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  4. #4
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    Quote Originally Posted by chisigma View Post
    The sequence can be expressed as...

    \Delta_{n} = a_{n+1} - a_{n} = f(a_{n}) = 1 + \sqrt{a_{n}} - a_{n} (1)

    The function that generates the sequence...

    f(x) = 1 + \sqrt{x} - x (1)

    ... is represented in figure...



    ... and, because is has only one fixed point at x_{0} = \frac{3 + \sqrt{5}}{2} = 2,6180339887\dots and that is an attractive fixed point, any a_{0} \ge 0 will produce a sequence convergent at x_{0} without oscillations, because the slope of f(x) in x=x_{0} is in absolute value less than 1...

    Kind regards

    \chi \sigma
    How did you find out delta_n?
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  5. #5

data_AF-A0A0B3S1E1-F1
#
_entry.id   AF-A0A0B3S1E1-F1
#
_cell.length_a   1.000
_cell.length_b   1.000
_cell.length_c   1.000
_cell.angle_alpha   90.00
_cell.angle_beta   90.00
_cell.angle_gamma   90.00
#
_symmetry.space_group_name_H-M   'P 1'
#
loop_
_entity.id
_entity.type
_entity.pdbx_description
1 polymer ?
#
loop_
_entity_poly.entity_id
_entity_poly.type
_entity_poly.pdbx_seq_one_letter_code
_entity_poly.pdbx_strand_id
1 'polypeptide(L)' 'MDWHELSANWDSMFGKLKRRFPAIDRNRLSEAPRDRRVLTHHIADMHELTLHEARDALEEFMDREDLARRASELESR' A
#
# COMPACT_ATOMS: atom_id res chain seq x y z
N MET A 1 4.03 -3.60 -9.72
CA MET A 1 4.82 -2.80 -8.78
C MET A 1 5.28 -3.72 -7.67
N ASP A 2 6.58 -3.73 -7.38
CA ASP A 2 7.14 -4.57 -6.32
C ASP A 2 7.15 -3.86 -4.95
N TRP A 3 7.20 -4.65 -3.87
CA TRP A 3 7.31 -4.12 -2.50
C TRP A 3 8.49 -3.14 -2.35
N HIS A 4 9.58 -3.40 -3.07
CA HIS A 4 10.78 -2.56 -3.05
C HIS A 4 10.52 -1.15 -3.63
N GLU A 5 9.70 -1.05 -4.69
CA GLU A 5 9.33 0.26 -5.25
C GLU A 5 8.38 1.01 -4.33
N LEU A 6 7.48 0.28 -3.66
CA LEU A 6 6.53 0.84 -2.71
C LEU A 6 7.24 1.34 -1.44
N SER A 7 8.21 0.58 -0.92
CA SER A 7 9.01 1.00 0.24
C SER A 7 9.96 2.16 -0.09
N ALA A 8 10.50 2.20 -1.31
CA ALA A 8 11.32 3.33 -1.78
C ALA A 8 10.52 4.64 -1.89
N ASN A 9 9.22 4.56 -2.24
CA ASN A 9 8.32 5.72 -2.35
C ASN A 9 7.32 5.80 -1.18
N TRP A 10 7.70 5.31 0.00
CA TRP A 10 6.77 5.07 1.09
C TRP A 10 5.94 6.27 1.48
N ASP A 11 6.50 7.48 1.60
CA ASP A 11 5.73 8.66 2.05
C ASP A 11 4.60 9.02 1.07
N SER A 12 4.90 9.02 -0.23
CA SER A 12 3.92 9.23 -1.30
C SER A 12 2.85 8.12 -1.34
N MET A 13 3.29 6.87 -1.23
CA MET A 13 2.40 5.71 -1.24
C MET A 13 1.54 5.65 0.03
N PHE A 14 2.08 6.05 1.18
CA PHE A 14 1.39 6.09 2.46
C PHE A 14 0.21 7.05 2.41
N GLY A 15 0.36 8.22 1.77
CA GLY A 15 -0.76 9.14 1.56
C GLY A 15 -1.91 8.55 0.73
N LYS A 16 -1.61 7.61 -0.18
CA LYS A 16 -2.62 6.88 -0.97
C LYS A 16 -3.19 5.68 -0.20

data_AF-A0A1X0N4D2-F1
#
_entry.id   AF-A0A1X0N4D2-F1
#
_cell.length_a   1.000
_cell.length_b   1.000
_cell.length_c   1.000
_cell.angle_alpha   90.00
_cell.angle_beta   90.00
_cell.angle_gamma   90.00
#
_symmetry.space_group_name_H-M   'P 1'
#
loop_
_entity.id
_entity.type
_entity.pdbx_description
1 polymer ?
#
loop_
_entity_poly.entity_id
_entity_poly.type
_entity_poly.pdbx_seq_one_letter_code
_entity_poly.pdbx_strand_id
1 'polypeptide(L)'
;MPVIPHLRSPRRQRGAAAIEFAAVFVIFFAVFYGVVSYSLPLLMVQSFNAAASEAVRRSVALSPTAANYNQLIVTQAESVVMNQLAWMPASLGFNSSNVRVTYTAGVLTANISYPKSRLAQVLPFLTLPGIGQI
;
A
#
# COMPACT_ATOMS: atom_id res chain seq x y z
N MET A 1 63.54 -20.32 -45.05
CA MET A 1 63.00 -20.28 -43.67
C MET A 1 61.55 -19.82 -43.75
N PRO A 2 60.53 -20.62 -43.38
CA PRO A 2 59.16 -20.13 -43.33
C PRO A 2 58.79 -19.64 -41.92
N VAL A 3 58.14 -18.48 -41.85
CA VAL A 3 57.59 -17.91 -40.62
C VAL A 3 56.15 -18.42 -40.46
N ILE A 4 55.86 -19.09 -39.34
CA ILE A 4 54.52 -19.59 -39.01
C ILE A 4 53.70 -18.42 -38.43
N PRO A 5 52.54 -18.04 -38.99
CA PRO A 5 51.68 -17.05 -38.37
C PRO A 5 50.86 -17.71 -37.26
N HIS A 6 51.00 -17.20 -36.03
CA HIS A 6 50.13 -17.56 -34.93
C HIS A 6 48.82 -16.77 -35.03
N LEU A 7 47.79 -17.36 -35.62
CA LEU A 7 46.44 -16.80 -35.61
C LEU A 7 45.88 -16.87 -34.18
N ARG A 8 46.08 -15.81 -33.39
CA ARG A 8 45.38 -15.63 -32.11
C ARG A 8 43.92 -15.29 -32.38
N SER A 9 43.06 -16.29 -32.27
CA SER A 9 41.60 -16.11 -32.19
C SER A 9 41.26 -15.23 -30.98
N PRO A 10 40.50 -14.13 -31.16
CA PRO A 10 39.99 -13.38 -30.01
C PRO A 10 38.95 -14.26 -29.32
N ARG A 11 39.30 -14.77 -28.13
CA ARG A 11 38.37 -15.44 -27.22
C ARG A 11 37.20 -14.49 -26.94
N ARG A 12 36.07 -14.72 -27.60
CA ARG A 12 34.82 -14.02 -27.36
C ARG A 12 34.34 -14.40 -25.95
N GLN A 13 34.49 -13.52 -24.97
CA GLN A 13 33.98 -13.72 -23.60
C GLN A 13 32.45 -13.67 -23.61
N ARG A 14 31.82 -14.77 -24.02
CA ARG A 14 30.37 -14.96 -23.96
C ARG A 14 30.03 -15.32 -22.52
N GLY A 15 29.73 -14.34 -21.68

MHF Contributor chisigma's Avatar
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    The sequence is defined as...

    a_{n+1} = 1 + \sqrt{a_{n}} (1)

    ... so that is...

    \Delta_{n} = a_{n+1} - a_{n} = 1 + \sqrt{a_{n}} - a_{n} (2)

    Kind regards

    \chi \sigma
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  6. #6
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    If 0\le x\le 10 then 1\le x+1\le 11 so 1\le \sqrt{x+1}\le \sqrt{10}< 10
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  7. #7
    MHF Contributor chisigma's Avatar
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    After a more carefull reading it seems to Me that the sequence is defined as...

    a_{n+1} = \sqrt {1 + a_{n}} (1)

    If that is true I apologize for my mistake ... fortunately the solving procedure is almost the same we have described. The (1) can be alternatively written as...

    \Delta_{n} = a_{n+1} - a_{n} = f(a_{n}) = \sqrt{1 + a_{n}} - a_{n} (2)

    ... the 'generating function' of which is...

    f(x)= \sqrt{1 + x} - x (3)

    ... that is represented in figure...